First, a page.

When we imagine where in the world we’d be happiest, we’re often prompted to imagine places filled with people; a cosy home with family, a party with friends, a busy office or bar, well-lit streets teaming with cheerful faces…
When we imagine where in the world we’d be happiest, we’re often prompted to imagine places filled with people; a cosy home with family, a party with friends, a busy office or bar, well-lit streets teaming with cheerful faces… But defining happy places in these terms misses out what can be the deep appeal of far less publicised and distinguished sorts of environment: locations that are starkly downbeat, empty, melancholic, architecturally compromised and isolated – but where we nevertheless experience a deep pull, coming to feel, perhaps, that we belong here far more than in the gaiety, elegance and colour of familiar vistas.
We may have an instinctive sense that we are true natives of the isolated motorway diner at 11pm. Or of the open road, under a boundless sky in which a billion stars are starting to appear. Or of dusk at the container port – or of night under the shadow of vast electricity pylons marching across the landscape to an unknown city whose eerie orange aura glows over the hills.
In these lonely, isolated places, we have an opportunity to meet with bits of ourselves with which the routines of daily life don’t allow us to commune. We are keeping an appointment with a disavowed side of our characters, and can have internal conversations of a sort that are drowned out by the normal chatter, the smiling and the casual enquiries of our regular lives. We are recovering a sense of who we are, turning over memories and plans, regrets and excitements – without any pressure to be reassuring, purposeful or just (so-called) normal.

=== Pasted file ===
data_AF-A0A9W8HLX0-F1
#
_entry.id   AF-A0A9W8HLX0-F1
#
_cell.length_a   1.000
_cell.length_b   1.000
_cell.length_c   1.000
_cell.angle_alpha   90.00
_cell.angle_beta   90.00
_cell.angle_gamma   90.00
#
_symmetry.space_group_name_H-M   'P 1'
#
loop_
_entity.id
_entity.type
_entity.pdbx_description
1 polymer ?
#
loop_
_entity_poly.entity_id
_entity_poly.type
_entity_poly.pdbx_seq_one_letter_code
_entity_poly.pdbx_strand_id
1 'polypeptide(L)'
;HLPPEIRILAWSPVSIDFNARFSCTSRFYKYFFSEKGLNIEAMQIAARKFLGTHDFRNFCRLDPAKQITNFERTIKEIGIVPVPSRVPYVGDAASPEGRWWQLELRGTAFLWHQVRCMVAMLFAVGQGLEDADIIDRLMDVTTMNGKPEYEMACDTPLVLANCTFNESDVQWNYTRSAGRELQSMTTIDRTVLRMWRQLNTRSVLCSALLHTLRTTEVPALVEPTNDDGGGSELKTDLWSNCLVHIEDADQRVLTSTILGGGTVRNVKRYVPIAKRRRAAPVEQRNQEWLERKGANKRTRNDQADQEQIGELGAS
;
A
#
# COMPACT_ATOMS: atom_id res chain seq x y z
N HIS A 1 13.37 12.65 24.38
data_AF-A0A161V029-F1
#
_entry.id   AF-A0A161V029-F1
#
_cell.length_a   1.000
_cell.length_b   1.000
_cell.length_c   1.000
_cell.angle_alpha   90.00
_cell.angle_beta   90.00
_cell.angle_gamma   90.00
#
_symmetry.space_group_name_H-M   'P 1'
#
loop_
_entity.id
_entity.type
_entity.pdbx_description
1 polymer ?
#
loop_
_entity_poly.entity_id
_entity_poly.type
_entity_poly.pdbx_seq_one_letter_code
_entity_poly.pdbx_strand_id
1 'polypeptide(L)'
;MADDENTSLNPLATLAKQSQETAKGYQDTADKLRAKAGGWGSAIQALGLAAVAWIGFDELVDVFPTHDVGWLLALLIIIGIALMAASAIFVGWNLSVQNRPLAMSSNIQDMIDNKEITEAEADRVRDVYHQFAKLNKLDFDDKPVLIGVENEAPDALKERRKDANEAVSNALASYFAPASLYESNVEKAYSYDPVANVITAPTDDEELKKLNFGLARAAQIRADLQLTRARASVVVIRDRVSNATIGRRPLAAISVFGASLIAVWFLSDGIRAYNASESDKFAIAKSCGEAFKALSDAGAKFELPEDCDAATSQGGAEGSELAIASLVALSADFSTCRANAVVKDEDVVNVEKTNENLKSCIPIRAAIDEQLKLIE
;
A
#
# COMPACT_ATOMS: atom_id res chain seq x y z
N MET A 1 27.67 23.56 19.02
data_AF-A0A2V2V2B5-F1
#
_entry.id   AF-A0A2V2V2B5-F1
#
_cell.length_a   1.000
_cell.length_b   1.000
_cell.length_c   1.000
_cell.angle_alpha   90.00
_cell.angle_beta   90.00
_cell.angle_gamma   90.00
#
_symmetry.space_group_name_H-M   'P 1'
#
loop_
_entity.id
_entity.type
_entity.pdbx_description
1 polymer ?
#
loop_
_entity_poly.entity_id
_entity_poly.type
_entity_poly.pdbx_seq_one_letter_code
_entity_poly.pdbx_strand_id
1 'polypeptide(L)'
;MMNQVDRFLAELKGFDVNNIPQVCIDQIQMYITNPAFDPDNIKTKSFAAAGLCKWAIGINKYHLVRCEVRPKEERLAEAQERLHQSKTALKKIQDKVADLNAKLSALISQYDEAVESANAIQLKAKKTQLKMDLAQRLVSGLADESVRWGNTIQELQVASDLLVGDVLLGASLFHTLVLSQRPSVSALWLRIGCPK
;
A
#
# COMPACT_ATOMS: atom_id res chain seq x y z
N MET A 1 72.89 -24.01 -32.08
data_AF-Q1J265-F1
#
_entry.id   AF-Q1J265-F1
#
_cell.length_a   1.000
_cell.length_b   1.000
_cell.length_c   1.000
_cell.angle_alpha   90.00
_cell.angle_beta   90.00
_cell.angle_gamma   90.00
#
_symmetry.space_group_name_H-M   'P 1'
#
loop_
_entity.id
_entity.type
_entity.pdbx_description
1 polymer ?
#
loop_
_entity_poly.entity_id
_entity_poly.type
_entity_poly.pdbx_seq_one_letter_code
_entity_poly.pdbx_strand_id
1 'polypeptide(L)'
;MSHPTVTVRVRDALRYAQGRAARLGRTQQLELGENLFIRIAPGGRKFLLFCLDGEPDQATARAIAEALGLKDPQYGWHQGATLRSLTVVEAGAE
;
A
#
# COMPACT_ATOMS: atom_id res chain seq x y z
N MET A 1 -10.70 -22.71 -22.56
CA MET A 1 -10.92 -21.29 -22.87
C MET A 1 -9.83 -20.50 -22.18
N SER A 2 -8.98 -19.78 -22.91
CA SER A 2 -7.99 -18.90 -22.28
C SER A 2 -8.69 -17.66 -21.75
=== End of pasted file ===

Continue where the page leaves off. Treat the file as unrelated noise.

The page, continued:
The bleakness all around is a relief from the false comforts of home. We don’t have to pretend any longer. The environment supports us in our wish to own up to a sadness we have had to hide from for too long.
The fellow outsiders we encounter in these lonely places seem closer to offering us the true community we crave than the friends we should supposedly rely on. In their sad faces and grief-stricken eyes, we recognise the most sincere, bruised bits of ourselves. They seem like our true brothers and sisters – also unable to accommodate their characters within the strictures of the ordinary world, outcasts and – in their own way – visionaries.
There can be something almost beautiful about the ugliest kinds of lonely places: plastified, brightly lit, garish, cheap. The lack of domesticity, the pitiless illumination and anonymous furniture offer an alternative to ordinary sentimentality and good taste. It may be easier to give way to sadness here than in a cosy living room with wallpaper and framed photos.
If we are defined by the places where we feel ‘at home’, some of these may have nothing at all to do with homeliness as we presently conceive of the term; and yet they may comprise our truest and best homes nevertheless.